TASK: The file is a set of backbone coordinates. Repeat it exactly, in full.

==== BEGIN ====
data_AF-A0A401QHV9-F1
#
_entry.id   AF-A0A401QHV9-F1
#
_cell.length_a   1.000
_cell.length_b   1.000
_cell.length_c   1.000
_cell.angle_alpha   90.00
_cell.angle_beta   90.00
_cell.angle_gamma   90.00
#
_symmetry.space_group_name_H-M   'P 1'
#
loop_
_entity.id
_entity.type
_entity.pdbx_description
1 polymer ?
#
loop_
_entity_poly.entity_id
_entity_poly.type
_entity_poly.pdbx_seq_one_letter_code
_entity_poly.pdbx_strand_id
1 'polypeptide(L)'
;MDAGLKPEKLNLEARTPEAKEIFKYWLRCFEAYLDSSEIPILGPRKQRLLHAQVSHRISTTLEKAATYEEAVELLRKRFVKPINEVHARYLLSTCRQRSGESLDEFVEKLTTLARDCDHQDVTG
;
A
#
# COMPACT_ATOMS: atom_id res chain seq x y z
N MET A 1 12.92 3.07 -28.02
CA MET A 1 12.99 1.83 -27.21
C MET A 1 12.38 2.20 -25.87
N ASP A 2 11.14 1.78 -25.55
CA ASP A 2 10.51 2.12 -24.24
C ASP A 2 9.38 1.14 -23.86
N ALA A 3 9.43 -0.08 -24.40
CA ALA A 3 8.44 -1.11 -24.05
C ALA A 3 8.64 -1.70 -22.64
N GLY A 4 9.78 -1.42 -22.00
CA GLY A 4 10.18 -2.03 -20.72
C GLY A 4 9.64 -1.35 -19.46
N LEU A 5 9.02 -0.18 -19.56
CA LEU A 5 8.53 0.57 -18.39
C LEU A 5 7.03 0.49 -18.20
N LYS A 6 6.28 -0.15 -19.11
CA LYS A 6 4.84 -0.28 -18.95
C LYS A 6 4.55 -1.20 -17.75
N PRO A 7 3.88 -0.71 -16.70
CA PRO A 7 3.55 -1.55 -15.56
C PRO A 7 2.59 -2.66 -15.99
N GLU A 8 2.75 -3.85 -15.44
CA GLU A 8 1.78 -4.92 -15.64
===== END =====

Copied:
data_AF-A0A401QHV9-F1
#
_entry.id   AF-A0A401QHV9-F1
#
_cell.length_a   1.000
_cell.length_b   1.000
_cell.length_c   1.000
_cell.angle_alpha   90.00
_cell.angle_beta   90.00
_cell.angle_gamma   90.00
#
_symmetry.space_group_name_H-M   'P 1'
#
loop_
_entity.id
_entity.type
_entity.pdbx_description
1 polymer ?
#
loop_
_entity_poly.entity_id
_entity_poly.type
_entity_poly.pdbx_seq_one_letter_code
_entity_poly.pdbx_strand_id
1 'polypeptide(L)'
;MDAGLKPEKLNLEARTPEAKEIFKYWLRCFEAYLDSSEIPILGPRKQRLLHAQVSHRISTTLEKAATYEEAVELLRKRFVKPINEVHARYLLSTCRQRSGESLDEFVEKLTTLARDCDHQDVTG
;
A
#
# COMPACT_ATOMS: atom_id res chain seq x y z
N MET A 1 12.92 3.07 -28.02
CA MET A 1 12.99 1.83 -27.21
C MET A 1 12.38 2.20 -25.87
N ASP A 2 11.14 1.78 -25.55
CA ASP A 2 10.51 2.12 -24.24
C ASP A 2 9.38 1.14 -23.86
N ALA A 3 9.43 -0.08 -24.40
CA ALA A 3 8.44 -1.11 -24.05
C ALA A 3 8.64 -1.70 -22.64
N GLY A 4 9.78 -1.42 -22.00
CA GLY A 4 10.18 -2.03 -20.72
C GLY A 4 9.64 -1.35 -19.46
N LEU A 5 9.02 -0.18 -19.56
CA LEU A 5 8.53 0.57 -18.39
C LEU A 5 7.03 0.49 -18.20
N LYS A 6 6.28 -0.15 -19.11
CA LYS A 6 4.84 -0.28 -18.95
C LYS A 6 4.55 -1.20 -17.75
N PRO A 7 3.88 -0.71 -16.70
CA PRO A 7 3.55 -1.55 -15.56
C PRO A 7 2.59 -2.66 -15.99
N GLU A 8 2.75 -3.85 -15.44
CA GLU A 8 1.78 -4.92 -15.64